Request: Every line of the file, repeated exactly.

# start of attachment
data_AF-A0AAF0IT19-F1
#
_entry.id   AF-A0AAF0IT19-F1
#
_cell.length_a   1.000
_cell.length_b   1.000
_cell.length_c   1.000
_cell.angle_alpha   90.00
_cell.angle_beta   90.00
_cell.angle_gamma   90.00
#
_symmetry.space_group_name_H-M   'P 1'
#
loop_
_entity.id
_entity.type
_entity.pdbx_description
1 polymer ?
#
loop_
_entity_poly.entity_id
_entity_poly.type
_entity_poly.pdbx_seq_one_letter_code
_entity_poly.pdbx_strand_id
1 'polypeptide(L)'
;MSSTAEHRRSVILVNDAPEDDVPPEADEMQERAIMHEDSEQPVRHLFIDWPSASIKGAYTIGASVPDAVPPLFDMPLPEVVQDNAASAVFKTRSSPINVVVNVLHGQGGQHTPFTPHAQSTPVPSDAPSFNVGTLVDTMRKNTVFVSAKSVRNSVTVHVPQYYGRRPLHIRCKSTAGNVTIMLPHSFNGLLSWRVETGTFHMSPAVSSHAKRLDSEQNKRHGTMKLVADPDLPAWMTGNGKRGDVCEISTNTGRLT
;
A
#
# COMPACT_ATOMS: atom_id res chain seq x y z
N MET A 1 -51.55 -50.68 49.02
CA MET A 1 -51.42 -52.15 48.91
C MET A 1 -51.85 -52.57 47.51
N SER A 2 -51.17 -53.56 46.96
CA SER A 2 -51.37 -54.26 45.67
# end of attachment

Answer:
data_AF-A0AAF0IT19-F1
#
_entry.id   AF-A0AAF0IT19-F1
#
_cell.length_a   1.000
_cell.length_b   1.000
_cell.length_c   1.000
_cell.angle_alpha   90.00
_cell.angle_beta   90.00
_cell.angle_gamma   90.00
#
_symmetry.space_group_name_H-M   'P 1'
#
loop_
_entity.id
_entity.type
_entity.pdbx_description
1 polymer ?
#
loop_
_entity_poly.entity_id
_entity_poly.type
_entity_poly.pdbx_seq_one_letter_code
_entity_poly.pdbx_strand_id
1 'polypeptide(L)'
;MSSTAEHRRSVILVNDAPEDDVPPEADEMQERAIMHEDSEQPVRHLFIDWPSASIKGAYTIGASVPDAVPPLFDMPLPEVVQDNAASAVFKTRSSPINVVVNVLHGQGGQHTPFTPHAQSTPVPSDAPSFNVGTLVDTMRKNTVFVSAKSVRNSVTVHVPQYYGRRPLHIRCKSTAGNVTIMLPHSFNGLLSWRVETGTFHMSPAVSSHAKRLDSEQNKRHGTMKLVADPDLPAWMTGNGKRGDVCEISTNTGRLT
;
A
#
# COMPACT_ATOMS: atom_id res chain seq x y z
N MET A 1 -51.55 -50.68 49.02
CA MET A 1 -51.42 -52.15 48.91
C MET A 1 -51.85 -52.57 47.51
N SER A 2 -51.17 -53.56 46.96
CA SER A 2 -51.37 -54.26 45.67